For example, allocating a few slabs of jumbo-sized meat for one dinner and freezing the rest lets you save the remainder for lunch the next day. Similarly, bread loaves can be portioned and the rest stored in the fridge until the next time you need a carb in your meal plan.
2. Delegate a leftovers meal time
If leftovers are expected after a big dining occasion, assign another day or days in the week to finish the uneaten food. This could be the next day’s breakfast or lunch, for instance.
For the perpetually busy, a bonus of living by this routine would be the precious time saved from only needing to reheat these meals, grab them and go.
3. Reinvent them
In the world of food, the sky’s the limit. Today’s stir-fried kai lan could be tomorrow’s vegetable soup. Here are some creative ways to revamp 5 basic ingredients:
Rice, the staple in an Asian household. It’s ever-present but sometimes never finished. Instead of dumping the extra rice, store it in the fridge and have them again the next day as fried alternatives.
Accidentally went crazy with the aglio olio servings last night? The leftover noodles can be rescued.
Whatever the craving, leftover noodles could probably be remade into their soup versions owing to the endless variety of soup bases that exist.
Reimagine extra noodles as a bowl of mouth-watering, warm ramen by adding garlic, eggs, shredded bamboo and sliced meat. Alternatively, grab some Laksa paste from the local marts (or: make your own) and recreate the hawker experience in the comforts of your home.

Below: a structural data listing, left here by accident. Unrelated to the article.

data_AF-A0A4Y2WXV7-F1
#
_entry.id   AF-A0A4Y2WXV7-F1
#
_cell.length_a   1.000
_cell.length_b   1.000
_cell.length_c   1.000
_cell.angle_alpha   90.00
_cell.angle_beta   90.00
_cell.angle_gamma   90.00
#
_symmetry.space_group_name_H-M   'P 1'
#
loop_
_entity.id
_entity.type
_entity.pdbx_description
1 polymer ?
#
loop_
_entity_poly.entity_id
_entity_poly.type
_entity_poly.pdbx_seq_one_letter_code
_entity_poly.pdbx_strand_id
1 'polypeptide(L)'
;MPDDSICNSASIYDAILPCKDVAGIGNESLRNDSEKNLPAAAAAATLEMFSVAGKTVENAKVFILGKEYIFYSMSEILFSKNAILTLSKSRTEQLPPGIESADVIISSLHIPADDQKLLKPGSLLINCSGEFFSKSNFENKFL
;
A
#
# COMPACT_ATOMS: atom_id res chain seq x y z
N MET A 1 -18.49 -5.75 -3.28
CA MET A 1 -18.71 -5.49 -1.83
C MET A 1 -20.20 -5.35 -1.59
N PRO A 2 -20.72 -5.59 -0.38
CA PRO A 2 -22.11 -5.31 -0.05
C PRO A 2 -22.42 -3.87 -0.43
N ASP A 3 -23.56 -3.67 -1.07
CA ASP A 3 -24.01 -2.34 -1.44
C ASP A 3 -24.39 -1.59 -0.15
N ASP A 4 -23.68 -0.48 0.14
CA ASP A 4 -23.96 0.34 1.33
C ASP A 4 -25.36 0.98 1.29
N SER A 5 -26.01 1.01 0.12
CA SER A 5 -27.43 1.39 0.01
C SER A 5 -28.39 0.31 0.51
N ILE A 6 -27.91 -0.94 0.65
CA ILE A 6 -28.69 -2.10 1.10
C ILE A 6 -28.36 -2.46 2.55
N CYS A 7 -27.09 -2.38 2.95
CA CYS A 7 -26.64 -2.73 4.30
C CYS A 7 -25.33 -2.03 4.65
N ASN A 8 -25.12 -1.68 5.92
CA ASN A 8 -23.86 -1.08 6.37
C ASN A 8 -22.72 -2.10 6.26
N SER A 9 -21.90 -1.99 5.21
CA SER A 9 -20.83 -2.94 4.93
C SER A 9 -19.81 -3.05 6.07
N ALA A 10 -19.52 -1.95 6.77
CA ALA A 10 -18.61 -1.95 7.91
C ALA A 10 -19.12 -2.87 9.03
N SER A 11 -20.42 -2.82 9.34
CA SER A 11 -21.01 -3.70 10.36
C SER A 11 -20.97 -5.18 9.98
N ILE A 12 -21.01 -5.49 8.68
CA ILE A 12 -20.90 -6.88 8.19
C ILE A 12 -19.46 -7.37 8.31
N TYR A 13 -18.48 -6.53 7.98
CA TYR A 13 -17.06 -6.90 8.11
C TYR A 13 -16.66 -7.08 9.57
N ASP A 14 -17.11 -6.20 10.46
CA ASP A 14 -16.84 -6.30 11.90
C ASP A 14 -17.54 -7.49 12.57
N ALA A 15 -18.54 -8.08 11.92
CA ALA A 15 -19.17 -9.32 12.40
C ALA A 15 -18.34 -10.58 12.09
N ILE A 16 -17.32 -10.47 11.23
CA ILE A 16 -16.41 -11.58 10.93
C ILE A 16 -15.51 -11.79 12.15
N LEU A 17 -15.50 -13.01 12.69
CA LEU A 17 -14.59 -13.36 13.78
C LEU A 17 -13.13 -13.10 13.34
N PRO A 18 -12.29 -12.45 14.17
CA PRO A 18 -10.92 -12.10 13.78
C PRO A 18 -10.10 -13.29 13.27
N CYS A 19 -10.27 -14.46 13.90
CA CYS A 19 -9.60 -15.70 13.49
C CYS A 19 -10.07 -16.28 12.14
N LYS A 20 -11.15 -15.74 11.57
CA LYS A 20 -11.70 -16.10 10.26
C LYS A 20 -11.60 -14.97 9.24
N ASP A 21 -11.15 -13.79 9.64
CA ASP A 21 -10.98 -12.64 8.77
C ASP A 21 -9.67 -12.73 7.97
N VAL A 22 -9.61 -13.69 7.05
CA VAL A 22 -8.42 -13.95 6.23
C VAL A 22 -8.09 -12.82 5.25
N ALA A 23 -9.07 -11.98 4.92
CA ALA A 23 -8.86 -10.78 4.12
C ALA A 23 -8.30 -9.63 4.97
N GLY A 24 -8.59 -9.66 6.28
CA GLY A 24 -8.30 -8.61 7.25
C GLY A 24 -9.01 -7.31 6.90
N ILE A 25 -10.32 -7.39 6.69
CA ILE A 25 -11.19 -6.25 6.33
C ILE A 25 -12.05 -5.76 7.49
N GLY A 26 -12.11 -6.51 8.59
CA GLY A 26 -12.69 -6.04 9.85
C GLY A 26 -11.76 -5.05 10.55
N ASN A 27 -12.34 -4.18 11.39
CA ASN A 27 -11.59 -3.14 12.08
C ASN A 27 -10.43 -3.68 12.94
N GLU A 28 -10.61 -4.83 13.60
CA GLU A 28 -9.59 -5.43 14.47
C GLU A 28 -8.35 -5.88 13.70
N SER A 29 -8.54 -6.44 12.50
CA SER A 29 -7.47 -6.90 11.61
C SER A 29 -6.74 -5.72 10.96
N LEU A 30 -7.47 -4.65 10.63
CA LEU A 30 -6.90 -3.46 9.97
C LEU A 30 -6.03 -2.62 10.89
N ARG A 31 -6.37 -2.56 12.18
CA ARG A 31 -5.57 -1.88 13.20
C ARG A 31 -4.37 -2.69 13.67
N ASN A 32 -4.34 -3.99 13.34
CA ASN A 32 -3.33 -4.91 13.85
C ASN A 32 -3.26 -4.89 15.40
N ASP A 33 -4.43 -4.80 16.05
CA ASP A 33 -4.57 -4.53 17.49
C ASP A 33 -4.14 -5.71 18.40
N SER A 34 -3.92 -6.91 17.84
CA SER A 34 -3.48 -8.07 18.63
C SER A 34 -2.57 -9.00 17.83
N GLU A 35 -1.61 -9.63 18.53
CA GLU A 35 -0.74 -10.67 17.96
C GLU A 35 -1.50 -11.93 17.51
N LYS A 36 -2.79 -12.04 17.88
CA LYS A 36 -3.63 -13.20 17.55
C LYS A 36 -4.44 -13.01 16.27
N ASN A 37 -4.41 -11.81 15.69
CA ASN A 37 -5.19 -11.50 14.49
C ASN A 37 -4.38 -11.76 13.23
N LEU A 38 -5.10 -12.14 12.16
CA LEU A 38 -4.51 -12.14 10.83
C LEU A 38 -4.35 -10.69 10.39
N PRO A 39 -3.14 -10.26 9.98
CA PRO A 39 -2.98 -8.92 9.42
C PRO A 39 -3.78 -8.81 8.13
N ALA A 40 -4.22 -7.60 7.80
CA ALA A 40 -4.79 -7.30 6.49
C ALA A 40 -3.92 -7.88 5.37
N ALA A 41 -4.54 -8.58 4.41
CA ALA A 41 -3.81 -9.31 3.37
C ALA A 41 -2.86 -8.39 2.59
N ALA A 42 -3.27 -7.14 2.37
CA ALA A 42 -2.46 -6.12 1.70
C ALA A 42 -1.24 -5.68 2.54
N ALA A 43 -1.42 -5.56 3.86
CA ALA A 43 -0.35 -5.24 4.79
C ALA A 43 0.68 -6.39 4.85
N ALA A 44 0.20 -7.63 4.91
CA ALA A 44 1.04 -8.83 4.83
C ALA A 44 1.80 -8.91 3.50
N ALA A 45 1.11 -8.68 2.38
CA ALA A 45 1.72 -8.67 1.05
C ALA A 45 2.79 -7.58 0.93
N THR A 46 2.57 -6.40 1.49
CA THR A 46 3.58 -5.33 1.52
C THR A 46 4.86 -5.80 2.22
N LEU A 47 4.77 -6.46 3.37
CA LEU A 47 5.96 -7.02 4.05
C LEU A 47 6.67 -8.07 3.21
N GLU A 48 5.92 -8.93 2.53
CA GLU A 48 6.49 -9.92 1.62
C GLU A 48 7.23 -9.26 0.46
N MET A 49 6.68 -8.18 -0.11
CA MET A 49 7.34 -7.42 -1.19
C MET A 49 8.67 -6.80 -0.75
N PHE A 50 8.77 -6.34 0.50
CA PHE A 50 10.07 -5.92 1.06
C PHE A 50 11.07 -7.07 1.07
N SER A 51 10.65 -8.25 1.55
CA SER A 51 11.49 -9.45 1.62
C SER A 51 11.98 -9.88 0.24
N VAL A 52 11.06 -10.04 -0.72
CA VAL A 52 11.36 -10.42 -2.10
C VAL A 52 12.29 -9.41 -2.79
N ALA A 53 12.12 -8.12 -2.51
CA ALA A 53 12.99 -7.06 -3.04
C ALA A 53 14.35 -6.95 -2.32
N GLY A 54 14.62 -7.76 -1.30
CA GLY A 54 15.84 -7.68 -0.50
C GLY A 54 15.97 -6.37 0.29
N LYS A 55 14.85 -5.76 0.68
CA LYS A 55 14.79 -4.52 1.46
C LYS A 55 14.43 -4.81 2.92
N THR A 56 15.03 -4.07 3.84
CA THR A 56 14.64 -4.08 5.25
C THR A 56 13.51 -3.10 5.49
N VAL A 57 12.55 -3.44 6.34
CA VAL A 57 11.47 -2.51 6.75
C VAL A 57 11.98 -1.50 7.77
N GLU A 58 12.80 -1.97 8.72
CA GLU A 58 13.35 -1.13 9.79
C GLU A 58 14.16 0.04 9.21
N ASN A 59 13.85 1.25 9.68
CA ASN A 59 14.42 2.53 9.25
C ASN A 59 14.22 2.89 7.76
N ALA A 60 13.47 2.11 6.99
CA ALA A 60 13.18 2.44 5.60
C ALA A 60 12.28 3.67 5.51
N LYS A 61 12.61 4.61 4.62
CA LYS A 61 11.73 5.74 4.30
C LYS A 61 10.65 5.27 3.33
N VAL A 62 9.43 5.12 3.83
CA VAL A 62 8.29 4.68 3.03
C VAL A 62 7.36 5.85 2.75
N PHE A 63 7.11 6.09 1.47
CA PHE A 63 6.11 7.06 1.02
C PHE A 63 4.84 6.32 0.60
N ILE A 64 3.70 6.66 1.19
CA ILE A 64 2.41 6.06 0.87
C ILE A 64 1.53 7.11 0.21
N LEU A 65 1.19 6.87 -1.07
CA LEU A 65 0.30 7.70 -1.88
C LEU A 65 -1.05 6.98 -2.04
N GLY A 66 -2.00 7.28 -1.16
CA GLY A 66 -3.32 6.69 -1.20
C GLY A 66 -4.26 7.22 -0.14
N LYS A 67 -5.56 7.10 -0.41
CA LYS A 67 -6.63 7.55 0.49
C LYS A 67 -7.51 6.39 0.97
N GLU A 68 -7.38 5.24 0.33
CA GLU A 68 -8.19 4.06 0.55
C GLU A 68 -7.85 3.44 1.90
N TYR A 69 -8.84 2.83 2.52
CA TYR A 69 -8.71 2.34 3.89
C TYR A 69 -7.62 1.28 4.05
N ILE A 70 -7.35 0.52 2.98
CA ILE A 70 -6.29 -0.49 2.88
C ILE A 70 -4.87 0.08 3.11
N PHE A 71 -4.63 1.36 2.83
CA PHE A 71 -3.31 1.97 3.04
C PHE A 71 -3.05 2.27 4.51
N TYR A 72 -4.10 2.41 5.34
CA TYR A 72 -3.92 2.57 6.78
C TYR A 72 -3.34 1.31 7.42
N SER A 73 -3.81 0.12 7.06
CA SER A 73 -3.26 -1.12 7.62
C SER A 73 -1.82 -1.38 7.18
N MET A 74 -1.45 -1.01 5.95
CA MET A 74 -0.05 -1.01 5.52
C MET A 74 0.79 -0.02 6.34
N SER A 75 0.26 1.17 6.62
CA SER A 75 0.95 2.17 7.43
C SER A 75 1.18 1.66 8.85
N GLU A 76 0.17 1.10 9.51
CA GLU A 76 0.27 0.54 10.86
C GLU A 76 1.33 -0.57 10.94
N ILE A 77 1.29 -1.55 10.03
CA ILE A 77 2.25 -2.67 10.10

Other than the portioning practices mentioned earlier, bread can be altered into a multitude of meals, transcending occasions and cuisines.
For example, extra butter bread loaves from dinner could be made into a hearty french toast breakfast or mini garlic bread slices to complement the new day’s lunch menu. They could also morph into sugary treats such as bread pudding.
Meats, with their diverse categories and methods of cooking, possibly provide the most room for creativity in the kitchen.
Some ideas include inserting them in sandwiches, tossing them with leafy greens to make healthy salads and stir-frying them with other ingredients or sauces. Browse these easy chicken recipes for your next leftover makeover.
Did you know? Chicken bones can also be kept and patiently boiled down to create soup broth for your next hotpot.
Similar to meat, there’s a variety of ways to reinvent leftover vegetables.
A hassle-free recommendation is to sprinkle a light dash of salad dressing and mix in some chilled pasta, if you’re feeling fancy.
Those with more time on their hands can stir-fry or boil them to make wholesome soups, like the crowd favourite ABC vegetable soup , or tasty stews.
Lastly, greens could also be topped off with seasonings of your liking and served as a side dish.
4. Prevent them
Those who don’t want to mull over what best to do with their leftovers can prevent them from existing to begin with.
This entails being more conscious when making food purchase decisions and making an effort to properly plan meals – make portion calculators your best friend.
To conclude, consciously choosing to save and eat leftover food has significant economical and environmental benefits. Moreover, it cultivates creativity, a sense of discipline and sustainability – values that can be transferred to other parts of life, propelling you towards your ideal lifestyle.